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FIFA president Sepp Blatter gestures during a joint news conference with Ofer Eini (not pictured), chairman of the Israel Football Association, in Jerusalem May 19, 2015. On top of land, settlements, resources and borders, Israel and the Palestinians can add another dispute to their long history of conflict - football. FIFA President Sepp Blatter has spoken to the head Palestine Football Association Jibril Rajoub and Eini, and is visiting the region this week in the hope of finding a solution before May 29.

Ammar Awad/Reuters

A "mission of peace" to the Middle East by Joseph "Sepp" Blatter, head of international soccer's governing body, has ended in apparent failure, as Palestinian leaders rejected an Israeli offer to ease travel restrictions on football players in the occupied territories.

Palestinian president Mahmoud Abbas and Palestine Football Association (PFA) president Jibril Rajoub told Mr. Blatter they considered the Israeli offer inadequate and vowed to press ahead with their campaign to have Israel suspended from FIFA at the group's upcoming world congress in Zurich. A PFA motion to suspend is scheduled to be debated and voted upon on May 29.

"We will keep the proposal on the agenda for sincere and open discussions by the FIFA member associations," Mr. Rajoub said Wednesday at a joint press conference with Mr. Blatter in Ramallah. "There will be no compromising on free movement of our athletes and officials," he said.

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The PFA has complained for more than two years that Israeli occupation forces make it extremely difficult for its personnel to travel in, out of and between the Palestinian territories.

In his discussions with Mr. Abbas, the FIFA president said that Israel had offered to station people at checkpoints "to facilitate the movement of football people" and to establish a special service to allow players to move between the West Bank and Gaza Strip.

The Israelis also agreed to create a special ID card for Palestinian players, he said, and to have a monitoring committee – comprised of an Israeli, a Palestinian and a FIFA official – that would meet monthly to address issues that arise.

The Palestinians said they had heard such promises before but that nothing had been done. Yes, said Mr. Blatter, but this time Israeli officials had "said they will do it." That was not sufficient to convince the Palestinians.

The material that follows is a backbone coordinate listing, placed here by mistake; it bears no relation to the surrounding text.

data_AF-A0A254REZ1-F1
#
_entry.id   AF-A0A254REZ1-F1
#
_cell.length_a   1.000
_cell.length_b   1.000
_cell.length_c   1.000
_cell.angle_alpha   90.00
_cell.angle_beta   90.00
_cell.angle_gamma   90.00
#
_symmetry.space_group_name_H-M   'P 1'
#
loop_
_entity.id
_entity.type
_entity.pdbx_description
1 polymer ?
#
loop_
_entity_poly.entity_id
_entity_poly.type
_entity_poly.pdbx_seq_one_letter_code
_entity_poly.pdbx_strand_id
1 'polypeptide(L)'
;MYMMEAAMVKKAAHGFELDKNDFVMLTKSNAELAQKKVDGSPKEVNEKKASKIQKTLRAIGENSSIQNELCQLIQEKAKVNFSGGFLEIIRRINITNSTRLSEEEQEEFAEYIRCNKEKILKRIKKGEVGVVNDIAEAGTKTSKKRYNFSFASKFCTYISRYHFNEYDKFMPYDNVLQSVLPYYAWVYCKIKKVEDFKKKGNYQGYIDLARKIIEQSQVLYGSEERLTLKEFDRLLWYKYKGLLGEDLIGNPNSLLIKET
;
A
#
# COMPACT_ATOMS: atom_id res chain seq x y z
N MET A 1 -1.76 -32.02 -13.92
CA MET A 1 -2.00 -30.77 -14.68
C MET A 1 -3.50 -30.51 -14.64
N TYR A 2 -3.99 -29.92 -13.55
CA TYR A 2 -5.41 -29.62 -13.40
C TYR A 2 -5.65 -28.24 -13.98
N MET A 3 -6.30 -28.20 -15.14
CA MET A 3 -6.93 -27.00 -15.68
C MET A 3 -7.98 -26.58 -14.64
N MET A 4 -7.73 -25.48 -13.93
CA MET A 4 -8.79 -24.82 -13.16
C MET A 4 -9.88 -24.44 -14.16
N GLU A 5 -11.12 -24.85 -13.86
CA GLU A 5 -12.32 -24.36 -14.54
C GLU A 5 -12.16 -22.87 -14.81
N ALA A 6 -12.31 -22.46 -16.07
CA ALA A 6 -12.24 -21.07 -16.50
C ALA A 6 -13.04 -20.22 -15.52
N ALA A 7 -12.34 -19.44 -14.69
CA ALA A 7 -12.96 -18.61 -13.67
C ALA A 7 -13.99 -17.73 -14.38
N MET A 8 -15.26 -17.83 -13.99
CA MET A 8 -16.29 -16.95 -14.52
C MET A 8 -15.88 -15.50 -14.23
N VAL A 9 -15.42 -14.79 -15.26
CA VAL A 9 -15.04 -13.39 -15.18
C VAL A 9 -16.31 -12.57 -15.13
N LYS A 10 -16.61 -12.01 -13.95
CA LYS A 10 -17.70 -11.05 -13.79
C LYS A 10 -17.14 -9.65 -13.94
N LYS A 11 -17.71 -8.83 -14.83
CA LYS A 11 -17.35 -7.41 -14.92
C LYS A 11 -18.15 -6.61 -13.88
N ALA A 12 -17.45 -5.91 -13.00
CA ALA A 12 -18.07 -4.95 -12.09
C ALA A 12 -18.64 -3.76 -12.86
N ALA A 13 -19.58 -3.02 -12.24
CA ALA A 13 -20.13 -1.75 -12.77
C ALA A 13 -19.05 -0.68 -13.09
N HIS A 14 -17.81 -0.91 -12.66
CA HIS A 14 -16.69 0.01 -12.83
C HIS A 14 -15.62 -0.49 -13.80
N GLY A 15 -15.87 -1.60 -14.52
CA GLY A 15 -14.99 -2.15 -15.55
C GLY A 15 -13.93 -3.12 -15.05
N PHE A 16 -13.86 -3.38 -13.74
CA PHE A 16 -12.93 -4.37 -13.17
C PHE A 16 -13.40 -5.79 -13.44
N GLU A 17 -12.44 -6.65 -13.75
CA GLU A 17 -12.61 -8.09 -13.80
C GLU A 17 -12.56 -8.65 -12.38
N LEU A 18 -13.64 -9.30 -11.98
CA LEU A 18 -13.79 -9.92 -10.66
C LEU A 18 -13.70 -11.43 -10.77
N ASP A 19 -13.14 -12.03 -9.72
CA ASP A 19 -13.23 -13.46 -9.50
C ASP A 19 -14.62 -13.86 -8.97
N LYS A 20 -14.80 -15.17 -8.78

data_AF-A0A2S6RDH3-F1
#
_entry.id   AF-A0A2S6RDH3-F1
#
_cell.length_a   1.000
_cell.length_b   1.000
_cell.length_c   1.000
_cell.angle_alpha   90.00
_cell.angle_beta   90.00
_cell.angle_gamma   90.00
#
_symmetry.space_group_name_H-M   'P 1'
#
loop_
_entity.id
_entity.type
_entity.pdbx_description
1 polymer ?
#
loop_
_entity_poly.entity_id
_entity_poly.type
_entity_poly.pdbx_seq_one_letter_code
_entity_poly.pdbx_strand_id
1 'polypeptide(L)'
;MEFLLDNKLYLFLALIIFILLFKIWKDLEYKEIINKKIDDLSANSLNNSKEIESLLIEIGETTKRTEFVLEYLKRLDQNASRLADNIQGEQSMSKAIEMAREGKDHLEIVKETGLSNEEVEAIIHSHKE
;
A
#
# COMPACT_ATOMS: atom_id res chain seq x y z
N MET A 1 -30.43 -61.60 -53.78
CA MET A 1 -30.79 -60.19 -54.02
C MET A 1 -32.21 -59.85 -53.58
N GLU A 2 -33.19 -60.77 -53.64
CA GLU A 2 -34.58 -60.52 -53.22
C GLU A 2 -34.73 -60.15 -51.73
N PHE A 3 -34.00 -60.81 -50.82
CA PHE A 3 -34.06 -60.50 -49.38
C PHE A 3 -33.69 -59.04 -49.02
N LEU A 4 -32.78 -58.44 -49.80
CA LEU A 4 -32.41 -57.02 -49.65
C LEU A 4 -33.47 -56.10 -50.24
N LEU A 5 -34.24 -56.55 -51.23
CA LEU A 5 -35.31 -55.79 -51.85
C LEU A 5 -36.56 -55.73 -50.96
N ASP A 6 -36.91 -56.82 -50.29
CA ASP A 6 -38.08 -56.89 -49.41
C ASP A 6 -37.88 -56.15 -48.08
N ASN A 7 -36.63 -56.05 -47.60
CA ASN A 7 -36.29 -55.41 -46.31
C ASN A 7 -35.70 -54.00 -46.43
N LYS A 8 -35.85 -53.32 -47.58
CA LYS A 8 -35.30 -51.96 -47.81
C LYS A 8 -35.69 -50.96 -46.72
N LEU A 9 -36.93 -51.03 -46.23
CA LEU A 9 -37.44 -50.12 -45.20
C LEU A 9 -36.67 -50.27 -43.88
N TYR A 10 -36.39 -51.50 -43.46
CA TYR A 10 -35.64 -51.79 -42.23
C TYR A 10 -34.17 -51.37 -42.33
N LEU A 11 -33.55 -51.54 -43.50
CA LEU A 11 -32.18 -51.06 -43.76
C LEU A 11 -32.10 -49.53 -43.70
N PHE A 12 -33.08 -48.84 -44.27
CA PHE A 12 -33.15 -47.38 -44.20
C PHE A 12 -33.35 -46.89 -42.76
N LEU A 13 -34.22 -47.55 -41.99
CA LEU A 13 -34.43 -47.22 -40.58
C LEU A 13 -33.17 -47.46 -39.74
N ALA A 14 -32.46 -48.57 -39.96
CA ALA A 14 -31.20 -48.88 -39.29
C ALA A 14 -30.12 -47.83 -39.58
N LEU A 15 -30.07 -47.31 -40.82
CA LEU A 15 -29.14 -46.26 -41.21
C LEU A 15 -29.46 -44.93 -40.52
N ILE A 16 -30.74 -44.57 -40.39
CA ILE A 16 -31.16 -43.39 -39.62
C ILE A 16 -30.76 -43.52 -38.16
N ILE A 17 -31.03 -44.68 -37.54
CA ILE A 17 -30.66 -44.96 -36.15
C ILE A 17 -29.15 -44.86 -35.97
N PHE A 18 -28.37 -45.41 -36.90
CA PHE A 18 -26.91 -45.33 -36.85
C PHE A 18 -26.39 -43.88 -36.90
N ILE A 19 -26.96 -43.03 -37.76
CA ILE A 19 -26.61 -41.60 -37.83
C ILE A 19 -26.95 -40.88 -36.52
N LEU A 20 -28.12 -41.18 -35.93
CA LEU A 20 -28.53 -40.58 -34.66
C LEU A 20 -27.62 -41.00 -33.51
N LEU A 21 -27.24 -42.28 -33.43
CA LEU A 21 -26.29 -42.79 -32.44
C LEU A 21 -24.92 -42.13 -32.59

The FIFA chief did acknowledge that another of the Palestinian concerns had not been addressed in the Israeli proposal – the presence of Israeli soccer teams in five Israeli settlements within the occupied Palestinian West Bank.

"We discussed this matter," said Mr. Blatter, referring to his talk with Mr. Abbas, "and this is a big question mark."

According to Article 84 of the FIFA Statutes, "It could be a problem," he said, "if a national association plays matches on the territory of another national association without permission."

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Mr. Blatter has tried hard to defer or cancel the Palestinian motion (as has been done at the two previous annual congresses), saying a vote to suspend Israel in these circumstances could damage the FIFA organization and set a "dangerous precedent."

Mr. Rajoub, however, said that all other avenues for resolving the matters had come to a dead end and it was up to FIFA members to decide.

"We are convinced that most FIFA members share our views on the situation and will support our proposal … because racism is one of the greatest dangers that football faces at the present time," he said.

Mr. Blatter had proposed the novel idea of FIFA staging a "match for peace" between Israel and Palestine in Zurich. Israeli Prime Minister Benjamin Netanyahu had embraced the idea at his meeting with the FIFA head Tuesday, but the Palestinians said the time was not ripe for such a get-together.

"It's a creative idea, I like it," Mr. Rajoub told Mr. Blatter. "But we have to pave the road for that, we have to prepare the environment.

"This should be an endgame, this should be a purpose for you, and I urge you not to give up," he said.

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FIFA has suspended two nations in the past: South Africa in the 1960s because of its apartheid practices, and Yugoslavia in the 1990s during the Balkan crisis.

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